She continues, and after paragraphs of well-reasoned argument against common policies, the passage’s raw nerve and black humor are stunning:

    In that case we Americans will hardly need to ponder a mystery that has troubled men for millennia: What is the purpose of life? For us, the answer will be clear, established and for all practical purposes indisputable: The purpose of life is to produce and consume automobiles.

There’s that Jacobs directness: let’s stop screwing around and ask ourselves what the purpose of life is. In Death and Life, from the epigraph to the last chapter, it’s clear that Jacobs was fighting against the wrong answers to that question, answers like technology for its own sake and ideology over common sense. She feared that people would inevitably accept these wrong ideas unless she fought against them.

She was still fighting for the idea of communities in Dark Age Ahead, this time blaming the whole concept of individualism and ideology for their spiraling demise, but the “deep, sub-conscious” point of her observations is lost. To borrow from Holmes, she had lost the sheathing floating her over the waves. There’s no humor to her mutterings about the evils of General Motors, no dance in her prose about taxes, no authority in her talk of the Fertile Crescent.

Reminding her readers, for example, that cities were not art projects just because they also could be beautiful, Jacobs made the effort rigorously and often to say when x was not y, even if they seemed to be so.

It’s not that Jacobs’s deterioration is a tragedy unlike any other; it’s that there is a sad irony in her theories expanding beyond their reach. In an interview with Reason in 2001, Jacobs expressed a desire to be remembered most for her economic theory of growth, not for her refusal to move out of Robert Moses’ way. This theory of hers is not based on development, which she saw as something that already existed but in a different form. She preferred expansion, what she saw as “actual growth in size or volume of activity”:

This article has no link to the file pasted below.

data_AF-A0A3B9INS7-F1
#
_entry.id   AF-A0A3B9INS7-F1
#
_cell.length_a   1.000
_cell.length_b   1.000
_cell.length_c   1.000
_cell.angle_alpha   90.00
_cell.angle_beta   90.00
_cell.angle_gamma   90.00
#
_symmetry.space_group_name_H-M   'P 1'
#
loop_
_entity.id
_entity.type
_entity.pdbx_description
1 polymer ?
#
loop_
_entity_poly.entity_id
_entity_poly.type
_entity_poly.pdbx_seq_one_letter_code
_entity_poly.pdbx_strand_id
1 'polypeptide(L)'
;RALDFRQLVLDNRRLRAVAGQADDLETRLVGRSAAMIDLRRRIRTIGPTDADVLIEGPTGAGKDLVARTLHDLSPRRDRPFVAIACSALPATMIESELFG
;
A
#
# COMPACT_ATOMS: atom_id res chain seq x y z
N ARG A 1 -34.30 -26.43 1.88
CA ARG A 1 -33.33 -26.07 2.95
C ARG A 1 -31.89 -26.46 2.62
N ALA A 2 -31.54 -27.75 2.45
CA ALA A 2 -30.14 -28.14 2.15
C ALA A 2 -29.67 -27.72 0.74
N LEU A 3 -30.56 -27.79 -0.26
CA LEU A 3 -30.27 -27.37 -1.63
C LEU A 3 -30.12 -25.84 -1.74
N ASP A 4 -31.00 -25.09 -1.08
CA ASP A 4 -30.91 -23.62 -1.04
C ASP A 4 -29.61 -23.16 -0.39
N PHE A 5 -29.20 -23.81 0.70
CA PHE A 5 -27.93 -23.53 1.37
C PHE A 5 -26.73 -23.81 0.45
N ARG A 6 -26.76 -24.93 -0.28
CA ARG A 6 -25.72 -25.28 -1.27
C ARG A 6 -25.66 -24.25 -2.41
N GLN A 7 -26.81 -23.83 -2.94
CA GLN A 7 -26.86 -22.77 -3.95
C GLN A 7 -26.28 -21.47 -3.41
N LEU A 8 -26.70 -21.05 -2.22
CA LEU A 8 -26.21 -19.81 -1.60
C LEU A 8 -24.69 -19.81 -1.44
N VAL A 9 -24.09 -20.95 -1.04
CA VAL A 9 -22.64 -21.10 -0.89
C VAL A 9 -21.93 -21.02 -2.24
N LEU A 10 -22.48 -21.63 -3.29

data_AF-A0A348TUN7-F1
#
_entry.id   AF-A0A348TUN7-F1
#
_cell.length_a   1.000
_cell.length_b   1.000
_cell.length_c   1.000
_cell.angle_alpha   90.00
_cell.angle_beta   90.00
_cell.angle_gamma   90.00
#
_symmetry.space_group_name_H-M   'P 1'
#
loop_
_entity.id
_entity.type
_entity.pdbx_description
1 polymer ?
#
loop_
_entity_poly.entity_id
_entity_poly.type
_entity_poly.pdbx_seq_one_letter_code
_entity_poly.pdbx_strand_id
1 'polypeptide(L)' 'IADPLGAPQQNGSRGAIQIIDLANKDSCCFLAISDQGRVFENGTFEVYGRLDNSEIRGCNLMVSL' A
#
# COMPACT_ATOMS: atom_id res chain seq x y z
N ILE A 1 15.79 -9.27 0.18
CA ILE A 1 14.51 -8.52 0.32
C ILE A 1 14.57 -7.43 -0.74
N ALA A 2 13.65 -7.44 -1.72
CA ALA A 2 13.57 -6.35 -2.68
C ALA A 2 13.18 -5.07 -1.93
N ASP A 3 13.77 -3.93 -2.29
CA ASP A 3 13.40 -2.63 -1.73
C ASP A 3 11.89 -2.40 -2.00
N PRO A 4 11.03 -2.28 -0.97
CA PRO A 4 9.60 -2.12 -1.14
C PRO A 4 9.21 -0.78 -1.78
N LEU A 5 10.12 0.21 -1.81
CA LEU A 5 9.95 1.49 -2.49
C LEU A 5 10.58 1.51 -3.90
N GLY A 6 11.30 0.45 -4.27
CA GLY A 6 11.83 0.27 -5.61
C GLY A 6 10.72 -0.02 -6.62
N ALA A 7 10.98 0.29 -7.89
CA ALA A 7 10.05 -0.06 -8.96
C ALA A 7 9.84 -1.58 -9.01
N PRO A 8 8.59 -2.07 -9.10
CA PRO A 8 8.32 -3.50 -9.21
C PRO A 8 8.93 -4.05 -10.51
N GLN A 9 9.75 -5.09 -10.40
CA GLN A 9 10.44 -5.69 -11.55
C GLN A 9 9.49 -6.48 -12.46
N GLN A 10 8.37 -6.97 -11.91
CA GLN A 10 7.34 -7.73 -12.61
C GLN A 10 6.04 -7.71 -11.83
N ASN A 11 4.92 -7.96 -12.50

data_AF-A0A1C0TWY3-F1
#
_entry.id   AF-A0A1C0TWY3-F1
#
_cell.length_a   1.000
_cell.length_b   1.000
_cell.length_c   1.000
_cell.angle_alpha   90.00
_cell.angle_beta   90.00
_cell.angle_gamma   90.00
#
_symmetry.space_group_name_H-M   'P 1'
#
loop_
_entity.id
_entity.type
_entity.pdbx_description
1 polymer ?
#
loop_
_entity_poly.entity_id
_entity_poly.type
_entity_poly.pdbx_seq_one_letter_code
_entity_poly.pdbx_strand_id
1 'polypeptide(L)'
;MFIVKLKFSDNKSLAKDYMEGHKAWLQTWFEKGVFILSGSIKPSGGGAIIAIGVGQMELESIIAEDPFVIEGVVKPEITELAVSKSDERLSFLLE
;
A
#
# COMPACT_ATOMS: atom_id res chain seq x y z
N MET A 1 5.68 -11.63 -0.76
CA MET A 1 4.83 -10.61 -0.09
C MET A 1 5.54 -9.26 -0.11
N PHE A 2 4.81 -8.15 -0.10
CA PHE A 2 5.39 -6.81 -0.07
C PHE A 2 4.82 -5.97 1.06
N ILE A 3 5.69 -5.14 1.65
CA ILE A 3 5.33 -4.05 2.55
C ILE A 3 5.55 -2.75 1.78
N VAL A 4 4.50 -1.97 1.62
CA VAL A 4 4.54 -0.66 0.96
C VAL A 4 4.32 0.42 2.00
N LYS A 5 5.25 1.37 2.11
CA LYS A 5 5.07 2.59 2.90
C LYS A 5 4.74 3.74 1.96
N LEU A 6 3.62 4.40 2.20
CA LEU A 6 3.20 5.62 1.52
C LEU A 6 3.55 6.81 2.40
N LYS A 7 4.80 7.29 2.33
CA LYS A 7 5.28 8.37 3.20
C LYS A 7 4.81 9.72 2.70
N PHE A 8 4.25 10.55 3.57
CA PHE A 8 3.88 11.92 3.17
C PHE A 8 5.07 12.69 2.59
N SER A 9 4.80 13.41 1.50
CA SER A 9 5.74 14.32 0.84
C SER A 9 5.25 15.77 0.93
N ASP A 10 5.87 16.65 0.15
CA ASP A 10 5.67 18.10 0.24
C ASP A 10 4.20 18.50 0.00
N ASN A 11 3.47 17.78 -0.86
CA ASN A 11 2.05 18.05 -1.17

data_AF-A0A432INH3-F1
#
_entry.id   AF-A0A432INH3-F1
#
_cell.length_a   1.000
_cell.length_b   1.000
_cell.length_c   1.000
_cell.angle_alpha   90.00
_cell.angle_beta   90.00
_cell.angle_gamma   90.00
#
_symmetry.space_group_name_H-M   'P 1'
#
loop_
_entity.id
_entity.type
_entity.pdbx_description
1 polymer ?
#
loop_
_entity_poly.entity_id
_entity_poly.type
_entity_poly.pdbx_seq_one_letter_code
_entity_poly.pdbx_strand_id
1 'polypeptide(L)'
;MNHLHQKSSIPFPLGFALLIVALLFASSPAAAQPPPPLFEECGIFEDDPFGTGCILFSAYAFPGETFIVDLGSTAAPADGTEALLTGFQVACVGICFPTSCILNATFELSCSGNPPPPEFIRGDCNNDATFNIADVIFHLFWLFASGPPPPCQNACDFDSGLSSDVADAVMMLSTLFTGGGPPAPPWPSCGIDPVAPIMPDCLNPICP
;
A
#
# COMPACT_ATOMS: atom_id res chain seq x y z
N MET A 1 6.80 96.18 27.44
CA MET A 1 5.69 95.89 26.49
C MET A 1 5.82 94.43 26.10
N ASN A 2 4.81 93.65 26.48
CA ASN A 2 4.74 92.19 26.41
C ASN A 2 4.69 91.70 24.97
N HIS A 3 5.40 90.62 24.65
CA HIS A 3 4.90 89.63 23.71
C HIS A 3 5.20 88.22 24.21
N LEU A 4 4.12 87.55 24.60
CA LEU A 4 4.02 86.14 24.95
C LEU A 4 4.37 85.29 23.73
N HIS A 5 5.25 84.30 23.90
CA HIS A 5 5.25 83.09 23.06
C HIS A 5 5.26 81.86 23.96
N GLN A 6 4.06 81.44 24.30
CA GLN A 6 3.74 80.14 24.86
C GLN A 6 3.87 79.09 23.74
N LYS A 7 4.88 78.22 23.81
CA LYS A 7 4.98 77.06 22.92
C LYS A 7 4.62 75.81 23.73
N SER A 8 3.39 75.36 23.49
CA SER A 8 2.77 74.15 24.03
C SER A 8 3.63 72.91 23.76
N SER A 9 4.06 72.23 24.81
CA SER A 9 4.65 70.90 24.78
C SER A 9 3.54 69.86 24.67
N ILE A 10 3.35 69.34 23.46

As a city replaces imports, it shifts its imports. It doesn’t import less. And yet it has everything it had before. … I equate it to what happens with biomass, the sum total of all flora and fauna in an area. The energy, the material that’s involved in this, doesn’t just escape the community as an export. It continues being used in a community, just as in a rainforest the waste from certain organisms and various plants and animals gets used by other ones in the place.

Reminding her readers, for example, that cities were not art projects just because they also could be beautiful, Jacobs made the effort rigorously and often to say when x was not y, even if they seemed to be so. But the relation between x and y—in this case, Jacobs’s mind and her subjects—cannot be ignored. Her mind shifted and continued to be used while plenty else changed. Her insistence that there were dull cities and lively ones, growth and destruction, death and life, x and y, did not and does not work with the problems she saw fit to study in Dark Age Ahead, where x not only leads to y in some cases, but also must take into account other variables, those unknown unknowns that Jacobs could not see.

Sometimes we have the luxury of not knowing how a great mind would have tackled current issues, but we cannot know how comfortable ignorance in this case would be. Her answer to an impending dark age is dim in her last work. You can barely see it. If I were in imaginary conversation with Jane Jacobs, I would not have to explain a traffic light to her. But I wouldn’t know how to explain what she couldn’t see either, what instead of “energy enough to carry over for problems” looks like a light exploding and going out with sparks. And she wouldn’t have been able to explain it either.

Jen Vafidis is a writer and an editor. Her work has appeared in The Los Angeles Review of Books, Vice, The Rumpus, and Vol. 1 Brooklyn, where she is the deputy editor. She lives in Brooklyn, New York.